Zuma owes Sars R16m – DA

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Copy of st zuma hand (40897257) INDEPENDENT NEWSPAPERS Parliament has confirmed it had received comments from President Jacob Zuma on Public Protector Thuli Madonsela's report into the Nkandla upgrades. File picture:Paballo Thekiso

Johannesburg - The DA wants the taxman to slap President Jacob Zuma with a R16 million bill for the money spent on upgrading his Nkandla home.

This as Zuma begins to feel the heat of the public protector’s report on his private homestead.

The president is now facing criminal charges and the possibility of impeachment.

At a media briefing on Wednesday morning, the DA’s Parliamentary Caucus chairman Wilmot James and finance spokesman Tim Harris said they believed Zuma owed R16.8m from fringe benefits he received in non-security upgrades at Nkandla.

“The DA will be writing to the acting commissioner of Sars, Ivan Pillay, to request that a full investigation be launched to determine the exact amount that President Zuma owes in taxes arising from the upgrade at Nkandla,” the party said in a statement.

In a report into maladministration and overspending at Nkandla released last week, Public Protector Thuli Madonsela said Zuma should repay some of the money which was spent on the non-security upgrades to the home, including a visitor’s centre, a cattle kraal and swimming pool.

The DA said that while Madonsela did not explicitly state in her report how much the president should repay, they had done their own calculations and “on a conservative estimate” the non-security upgrades amounted to R52.8m.

“The DA has accordingly written to President Zuma requesting him to table his repayment plan for the amount he owes with Parliament, so that it can be subjected to public scrutiny.”

They said if these amounts were not repaid, they should be considered fringe benefits which the president should be liable for.

Harris said they calculated the tax bill of R16.8m by taking the figure of R52.8m and subtracting R10.6m the Department of Public Works had already allocated to the president’s private account.

The R42.2m would then be taxed at 40 percent, which should leave Zuma with a R16.8m tax bill on the upgrades, on top of PAYE.

“There cannot be some rules for members of the public and a different set of rules for those in power,” said the DA’s statement.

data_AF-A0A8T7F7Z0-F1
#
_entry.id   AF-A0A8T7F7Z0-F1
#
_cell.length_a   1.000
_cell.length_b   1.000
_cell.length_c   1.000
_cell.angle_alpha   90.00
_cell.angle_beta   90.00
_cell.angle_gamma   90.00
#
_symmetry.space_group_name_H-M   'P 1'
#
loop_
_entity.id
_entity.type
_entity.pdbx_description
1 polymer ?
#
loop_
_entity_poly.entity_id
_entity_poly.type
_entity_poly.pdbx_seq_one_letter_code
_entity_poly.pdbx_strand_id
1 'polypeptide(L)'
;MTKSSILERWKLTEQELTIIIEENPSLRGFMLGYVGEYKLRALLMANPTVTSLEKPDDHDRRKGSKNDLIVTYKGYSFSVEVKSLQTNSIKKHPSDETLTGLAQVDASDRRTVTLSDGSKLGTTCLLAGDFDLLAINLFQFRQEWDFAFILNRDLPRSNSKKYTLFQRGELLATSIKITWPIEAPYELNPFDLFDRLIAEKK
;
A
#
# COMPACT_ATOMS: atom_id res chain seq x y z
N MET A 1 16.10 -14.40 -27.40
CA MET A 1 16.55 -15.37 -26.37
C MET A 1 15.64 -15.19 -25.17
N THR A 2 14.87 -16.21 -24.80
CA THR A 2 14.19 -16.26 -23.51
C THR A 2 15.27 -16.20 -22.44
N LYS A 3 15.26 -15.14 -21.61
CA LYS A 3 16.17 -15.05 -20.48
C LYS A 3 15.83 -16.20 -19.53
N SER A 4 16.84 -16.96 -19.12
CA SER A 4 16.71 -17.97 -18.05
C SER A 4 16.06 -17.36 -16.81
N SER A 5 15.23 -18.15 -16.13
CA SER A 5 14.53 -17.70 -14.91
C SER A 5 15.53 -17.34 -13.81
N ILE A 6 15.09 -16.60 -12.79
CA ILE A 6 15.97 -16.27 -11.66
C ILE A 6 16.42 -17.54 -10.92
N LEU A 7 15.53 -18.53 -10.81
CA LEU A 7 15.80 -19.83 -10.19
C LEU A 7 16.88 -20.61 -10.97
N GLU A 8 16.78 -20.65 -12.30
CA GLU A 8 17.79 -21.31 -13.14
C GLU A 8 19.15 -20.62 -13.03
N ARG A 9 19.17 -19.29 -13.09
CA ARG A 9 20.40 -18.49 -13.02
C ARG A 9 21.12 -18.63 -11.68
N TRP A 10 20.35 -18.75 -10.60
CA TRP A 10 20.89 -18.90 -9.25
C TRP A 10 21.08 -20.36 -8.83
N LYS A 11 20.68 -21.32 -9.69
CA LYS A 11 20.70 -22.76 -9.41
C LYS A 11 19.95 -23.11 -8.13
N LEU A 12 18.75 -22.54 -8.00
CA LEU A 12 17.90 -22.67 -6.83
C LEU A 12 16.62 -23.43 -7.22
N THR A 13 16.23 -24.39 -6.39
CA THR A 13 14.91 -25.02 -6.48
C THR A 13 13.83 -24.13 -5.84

A day after the public protector released her report, the DA and the Economic Freedom Fighters (EFF) laid charges against Zuma.

National police spokesman Solomon Makgale said the two dockets had been consolidated.

“We will then take those cases and investigate them like any other matter,” he said.

Media reports this morning suggested that top detective Lieutenant-General Vineshkumar Moonoo – who also headed up the investigation in the Oscar Pistorius case – would handle the matter, but Makgale said that decision was yet to be made.

Meanwhile in Parliament the DA said it was one step closer to initiating impeachment processes against Zuma.

After Madonsela’s report was released, the DA’s parliamentary leader, Lindiwe Mazibuko, wrote to National Assembly Speaker Max Sisulu, asking to initiate impeachment proceedings.

Sisulu’s office confirmed on Tuesday that it was considering the request for the establishment of an ad hoc committee and initiation of impeachment proceedings against the president.

Sisulu said in terms of the Ethics Act, and as per Madonsela’s pronouncement when she made her report public, Zuma must, within 14 working days, submit a copy of Madonsela’s report to the National Assembly.

This would be accompanied by his comments and any remedial steps taken or intended to be taken.

The National Assembly was awaiting the outcome of this process, said Sisulu.

“Once received, the report and other documents will be tabled and then formally served before the National Assembly and its committees,” he said.

The ANC said in a statement this morning it would address the media on Madonsela’s report.

Former president Thabo Mbeki has said Zuma should not rush his response to the public protector’s report on upgrades to his Nkandla homestead, City Press reported.

Mbeki said in an interview on Tuesday that Zuma should take his time studying the recommendations of the report, supporting a press release from the Presidency to this effect.

“I think it was an important statement made by President Zuma’s office, which said that he would study the report and obviously reflect on what he sees and then he would take the necessary action out of that,” Mbeki was quoted as saying.

On Tuesday night, Zuma returned from a visit to Angola’s capital, Luanda, for the Summit of the International Conference of African Great Lakes Region, the Presidency said in a statement.

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